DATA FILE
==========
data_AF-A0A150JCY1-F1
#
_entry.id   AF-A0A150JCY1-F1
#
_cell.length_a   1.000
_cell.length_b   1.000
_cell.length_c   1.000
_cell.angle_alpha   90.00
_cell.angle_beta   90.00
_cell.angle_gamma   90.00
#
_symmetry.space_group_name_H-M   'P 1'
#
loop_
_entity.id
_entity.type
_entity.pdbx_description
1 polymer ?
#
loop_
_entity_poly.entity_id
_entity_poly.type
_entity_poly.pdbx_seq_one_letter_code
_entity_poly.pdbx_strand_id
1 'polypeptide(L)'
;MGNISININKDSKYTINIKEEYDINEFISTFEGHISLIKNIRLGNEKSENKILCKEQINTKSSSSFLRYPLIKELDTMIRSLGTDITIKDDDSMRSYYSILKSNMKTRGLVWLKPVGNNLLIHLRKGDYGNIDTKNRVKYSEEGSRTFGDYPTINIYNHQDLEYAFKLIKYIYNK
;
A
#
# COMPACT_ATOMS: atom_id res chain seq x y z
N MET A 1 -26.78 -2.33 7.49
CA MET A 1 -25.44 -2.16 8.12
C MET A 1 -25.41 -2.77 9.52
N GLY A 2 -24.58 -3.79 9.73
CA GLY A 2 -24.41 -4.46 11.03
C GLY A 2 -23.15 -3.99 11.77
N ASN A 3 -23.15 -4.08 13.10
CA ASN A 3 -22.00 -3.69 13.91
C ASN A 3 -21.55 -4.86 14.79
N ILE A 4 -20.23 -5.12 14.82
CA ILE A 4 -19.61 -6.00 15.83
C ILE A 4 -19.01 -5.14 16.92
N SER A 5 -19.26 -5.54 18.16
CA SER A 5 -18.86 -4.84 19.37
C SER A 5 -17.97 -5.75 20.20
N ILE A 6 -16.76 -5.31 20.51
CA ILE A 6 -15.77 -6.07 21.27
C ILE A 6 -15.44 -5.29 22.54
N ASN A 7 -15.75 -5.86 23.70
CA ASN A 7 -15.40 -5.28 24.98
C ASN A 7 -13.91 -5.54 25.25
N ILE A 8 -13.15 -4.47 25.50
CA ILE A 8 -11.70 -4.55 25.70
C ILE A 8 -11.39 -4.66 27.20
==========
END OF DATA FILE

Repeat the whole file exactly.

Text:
data_AF-A0A150JCY1-F1
#
_entry.id   AF-A0A150JCY1-F1
#
_cell.length_a   1.000
_cell.length_b   1.000
_cell.length_c   1.000
_cell.angle_alpha   90.00
_cell.angle_beta   90.00
_cell.angle_gamma   90.00
#
_symmetry.space_group_name_H-M   'P 1'
#
loop_
_entity.id
_entity.type
_entity.pdbx_description
1 polymer ?
#
loop_
_entity_poly.entity_id
_entity_poly.type
_entity_poly.pdbx_seq_one_letter_code
_entity_poly.pdbx_strand_id
1 'polypeptide(L)'
;MGNISININKDSKYTINIKEEYDINEFISTFEGHISLIKNIRLGNEKSENKILCKEQINTKSSSSFLRYPLIKELDTMIRSLGTDITIKDDDSMRSYYSILKSNMKTRGLVWLKPVGNNLLIHLRKGDYGNIDTKNRVKYSEEGSRTFGDYPTINIYNHQDLEYAFKLIKYIYNK
;
A
#
# COMPACT_ATOMS: atom_id res chain seq x y z
N MET A 1 -26.78 -2.33 7.49
CA MET A 1 -25.44 -2.16 8.12
C MET A 1 -25.41 -2.77 9.52
N GLY A 2 -24.58 -3.79 9.73
CA GLY A 2 -24.41 -4.46 11.03
C GLY A 2 -23.15 -3.99 11.77
N ASN A 3 -23.15 -4.08 13.10
CA ASN A 3 -22.00 -3.69 13.91
C ASN A 3 -21.55 -4.86 14.79
N ILE A 4 -20.23 -5.12 14.82
CA ILE A 4 -19.61 -6.00 15.83
C ILE A 4 -19.01 -5.14 16.92
N SER A 5 -19.26 -5.54 18.16
CA SER A 5 -18.86 -4.84 19.37
C SER A 5 -17.97 -5.75 20.20
N ILE A 6 -16.76 -5.31 20.51
CA ILE A 6 -15.77 -6.07 21.27
C ILE A 6 -15.44 -5.29 22.54
N ASN A 7 -15.75 -5.86 23.70
CA ASN A 7 -15.40 -5.28 24.98
C ASN A 7 -13.91 -5.54 25.25
N ILE A 8 -13.15 -4.47 25.50
CA ILE A 8 -11.70 -4.55 25.70
C ILE A 8 -11.39 -4.66 27.20